Despite the intention of simplicity, many believe these guidelines are impractical for busy EDs and, in fact, few EDs have been able to implement them. A survey of 131 academic medical centers and 450 community EDs regarding their HIV testing policies one year after the guidelines were published found that only 16% of academic medical center EDs and 6% of community EDs performed routine testing for HIV as recommended by the CDC.63

The traditional HIV screening algorithm, dating from 1989, starts with an EIA antibody test, which, if positive for the presence of anti-HIV antibodies, is followed by a confirmatory Western blot test to detect viral antigen. As previously discussed, antibody tests may miss cases of acute HIV in patients who have high viral titers but undetectable antibodies. Given the significant contribution that acute HIV plays in sustaining the HIV epidemic, much interest has been focused on developing screening tests that can detect acute HIV infection.

Figure 3: Proposed Testing Algorithm for Diagnosis of HIV-1 and HIV-2 Infection

From Branson BM, Stekler JD. Detection of acute HIV: We can’t close the window. J Infect Dis 2012;205: 521-524.

At the time of this writing, the CDC is updating its HIV testing algorithm, with new guidelines set to be published in late 2012.64 The proposed guidelines endorse using a fourth-generation EIA that detects p24 antigen and anti-HIV-1/HIV-2 antibodies and has enhanced sensitivity for acute infection, followed by a confirmatory HIV-1/HIV-2 test if positive, and viral RNA assay if negative.65 (See Figure 3.) This testing strategy shortens the window period significantly compared to the prior algorithm, detecting infection by 7-10 days after onset of symptoms.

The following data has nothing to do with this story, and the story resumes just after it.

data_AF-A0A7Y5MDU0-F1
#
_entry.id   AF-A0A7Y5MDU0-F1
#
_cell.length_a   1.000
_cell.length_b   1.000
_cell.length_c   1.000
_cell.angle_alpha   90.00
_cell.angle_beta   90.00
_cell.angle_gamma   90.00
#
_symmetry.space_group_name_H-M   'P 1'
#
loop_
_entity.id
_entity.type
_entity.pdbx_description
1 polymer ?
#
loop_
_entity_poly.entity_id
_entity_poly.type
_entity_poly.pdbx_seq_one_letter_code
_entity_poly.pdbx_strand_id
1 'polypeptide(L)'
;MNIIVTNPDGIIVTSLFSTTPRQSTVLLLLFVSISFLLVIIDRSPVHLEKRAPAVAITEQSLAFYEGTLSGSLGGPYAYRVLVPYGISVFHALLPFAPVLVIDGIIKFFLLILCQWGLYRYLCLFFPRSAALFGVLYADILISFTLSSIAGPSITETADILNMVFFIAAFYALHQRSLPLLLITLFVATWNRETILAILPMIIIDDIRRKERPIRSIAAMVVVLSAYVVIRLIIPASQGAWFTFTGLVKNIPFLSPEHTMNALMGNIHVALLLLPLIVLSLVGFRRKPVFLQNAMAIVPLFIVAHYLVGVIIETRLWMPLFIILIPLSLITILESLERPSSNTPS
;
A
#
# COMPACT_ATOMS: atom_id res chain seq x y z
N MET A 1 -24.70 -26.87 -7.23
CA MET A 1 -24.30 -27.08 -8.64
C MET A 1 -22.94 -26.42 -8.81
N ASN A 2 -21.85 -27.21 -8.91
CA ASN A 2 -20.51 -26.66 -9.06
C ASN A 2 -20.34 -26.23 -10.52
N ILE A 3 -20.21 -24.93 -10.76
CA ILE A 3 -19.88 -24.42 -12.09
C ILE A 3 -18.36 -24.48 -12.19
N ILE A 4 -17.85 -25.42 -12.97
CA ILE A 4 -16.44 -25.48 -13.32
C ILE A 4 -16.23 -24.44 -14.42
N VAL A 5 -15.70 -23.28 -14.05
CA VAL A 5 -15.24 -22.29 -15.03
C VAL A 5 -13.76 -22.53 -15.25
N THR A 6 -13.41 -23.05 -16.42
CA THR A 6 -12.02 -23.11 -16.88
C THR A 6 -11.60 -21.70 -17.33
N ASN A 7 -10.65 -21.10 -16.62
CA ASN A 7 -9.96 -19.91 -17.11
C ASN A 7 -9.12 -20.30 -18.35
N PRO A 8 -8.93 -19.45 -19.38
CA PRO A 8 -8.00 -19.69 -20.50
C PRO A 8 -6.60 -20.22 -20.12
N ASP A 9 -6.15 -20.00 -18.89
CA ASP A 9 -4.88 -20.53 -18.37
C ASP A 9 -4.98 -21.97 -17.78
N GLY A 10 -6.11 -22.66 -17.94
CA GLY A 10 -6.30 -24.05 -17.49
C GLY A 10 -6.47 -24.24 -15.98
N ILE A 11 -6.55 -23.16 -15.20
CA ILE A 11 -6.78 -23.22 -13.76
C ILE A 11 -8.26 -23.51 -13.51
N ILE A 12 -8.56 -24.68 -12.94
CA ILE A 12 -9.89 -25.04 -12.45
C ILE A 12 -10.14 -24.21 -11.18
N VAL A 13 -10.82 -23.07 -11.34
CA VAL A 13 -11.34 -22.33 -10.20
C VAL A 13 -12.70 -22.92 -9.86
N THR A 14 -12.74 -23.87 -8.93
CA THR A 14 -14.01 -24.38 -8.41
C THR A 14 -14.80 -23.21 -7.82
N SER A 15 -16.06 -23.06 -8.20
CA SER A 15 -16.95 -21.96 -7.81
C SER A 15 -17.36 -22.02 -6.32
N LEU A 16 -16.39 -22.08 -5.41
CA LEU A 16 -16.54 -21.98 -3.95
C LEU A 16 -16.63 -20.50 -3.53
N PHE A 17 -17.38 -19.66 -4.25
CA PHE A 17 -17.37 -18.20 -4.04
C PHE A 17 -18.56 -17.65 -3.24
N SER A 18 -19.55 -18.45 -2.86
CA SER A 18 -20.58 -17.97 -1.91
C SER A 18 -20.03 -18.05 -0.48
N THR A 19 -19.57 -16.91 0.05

Other tests currently in development include a rapid NAAT test, which would allow point-of-care ED screening for acute HIV infection,66 and an over-the-counter rapid HIV fourth-generation antibody test.

Management of Acute HIV

Priorities in the management of acute HIV include referral to an HIV specialist, consideration of initiating highly active antiretroviral therapy (HAART), providing counseling on abstinence, safe sex, and avoidance of needle sharing to prevent further transmission, identification and testing of contacts, and psychosocial support. Concomitant conditions such as sexually transmitted infections or, rarely, opportunistic infections such as thrush, should also be treated.

Follow-up in an HIV clinic is important for all patients diagnosed with acute HIV. HIV specialists will provide disease monitoring including quantitative viral load measurements, initiation and modification of antiretroviral regimens, initiation of prophylactic antibiotics when CD4+ levels fall, and counseling and support.